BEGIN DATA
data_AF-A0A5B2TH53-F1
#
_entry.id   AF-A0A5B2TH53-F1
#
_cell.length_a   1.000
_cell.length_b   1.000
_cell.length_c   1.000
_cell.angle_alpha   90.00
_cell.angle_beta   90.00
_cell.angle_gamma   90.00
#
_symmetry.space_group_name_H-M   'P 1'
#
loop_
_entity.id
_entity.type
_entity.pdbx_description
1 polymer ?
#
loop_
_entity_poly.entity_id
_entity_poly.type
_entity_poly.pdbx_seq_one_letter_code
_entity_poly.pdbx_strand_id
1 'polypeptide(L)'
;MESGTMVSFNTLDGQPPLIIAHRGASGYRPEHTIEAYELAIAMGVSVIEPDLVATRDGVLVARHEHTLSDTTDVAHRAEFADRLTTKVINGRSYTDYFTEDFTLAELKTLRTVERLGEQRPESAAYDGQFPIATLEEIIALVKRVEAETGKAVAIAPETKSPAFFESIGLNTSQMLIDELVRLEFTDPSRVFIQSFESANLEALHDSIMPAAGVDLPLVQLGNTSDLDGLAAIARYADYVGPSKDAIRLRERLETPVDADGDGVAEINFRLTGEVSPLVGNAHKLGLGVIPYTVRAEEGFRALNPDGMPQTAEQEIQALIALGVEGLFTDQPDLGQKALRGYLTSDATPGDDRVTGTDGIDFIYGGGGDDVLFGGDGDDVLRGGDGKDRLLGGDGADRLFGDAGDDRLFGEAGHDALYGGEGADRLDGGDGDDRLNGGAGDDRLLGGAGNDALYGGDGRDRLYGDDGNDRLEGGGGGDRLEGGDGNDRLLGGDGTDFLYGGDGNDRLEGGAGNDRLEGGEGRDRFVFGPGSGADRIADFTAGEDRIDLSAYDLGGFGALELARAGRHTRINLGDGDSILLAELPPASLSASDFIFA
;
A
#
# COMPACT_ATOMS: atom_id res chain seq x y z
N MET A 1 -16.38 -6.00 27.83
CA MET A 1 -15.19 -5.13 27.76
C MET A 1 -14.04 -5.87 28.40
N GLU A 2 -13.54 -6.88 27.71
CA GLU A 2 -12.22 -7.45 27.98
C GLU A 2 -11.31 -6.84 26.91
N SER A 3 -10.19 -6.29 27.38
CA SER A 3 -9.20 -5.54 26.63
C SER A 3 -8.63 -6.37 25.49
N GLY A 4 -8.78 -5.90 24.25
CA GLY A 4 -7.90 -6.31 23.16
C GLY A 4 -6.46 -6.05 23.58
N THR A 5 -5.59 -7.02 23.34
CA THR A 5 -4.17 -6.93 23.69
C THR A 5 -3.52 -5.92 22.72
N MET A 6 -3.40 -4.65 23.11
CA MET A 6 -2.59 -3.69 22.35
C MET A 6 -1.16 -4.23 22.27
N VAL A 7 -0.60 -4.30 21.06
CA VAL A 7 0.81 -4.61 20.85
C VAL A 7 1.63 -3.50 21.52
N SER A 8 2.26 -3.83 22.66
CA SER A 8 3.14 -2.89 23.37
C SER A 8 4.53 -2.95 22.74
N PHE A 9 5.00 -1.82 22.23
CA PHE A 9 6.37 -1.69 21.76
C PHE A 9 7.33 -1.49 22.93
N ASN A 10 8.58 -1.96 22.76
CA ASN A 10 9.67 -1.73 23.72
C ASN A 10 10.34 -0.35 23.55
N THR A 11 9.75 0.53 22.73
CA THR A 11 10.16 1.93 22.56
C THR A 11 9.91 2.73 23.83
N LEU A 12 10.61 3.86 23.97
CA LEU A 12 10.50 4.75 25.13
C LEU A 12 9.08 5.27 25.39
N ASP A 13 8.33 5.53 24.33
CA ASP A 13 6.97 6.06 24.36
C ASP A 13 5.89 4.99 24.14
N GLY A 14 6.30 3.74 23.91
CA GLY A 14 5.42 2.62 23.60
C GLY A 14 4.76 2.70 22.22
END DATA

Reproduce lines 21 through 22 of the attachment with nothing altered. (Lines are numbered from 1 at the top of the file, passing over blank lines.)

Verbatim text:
_entity_poly.entity_id
_entity_poly.type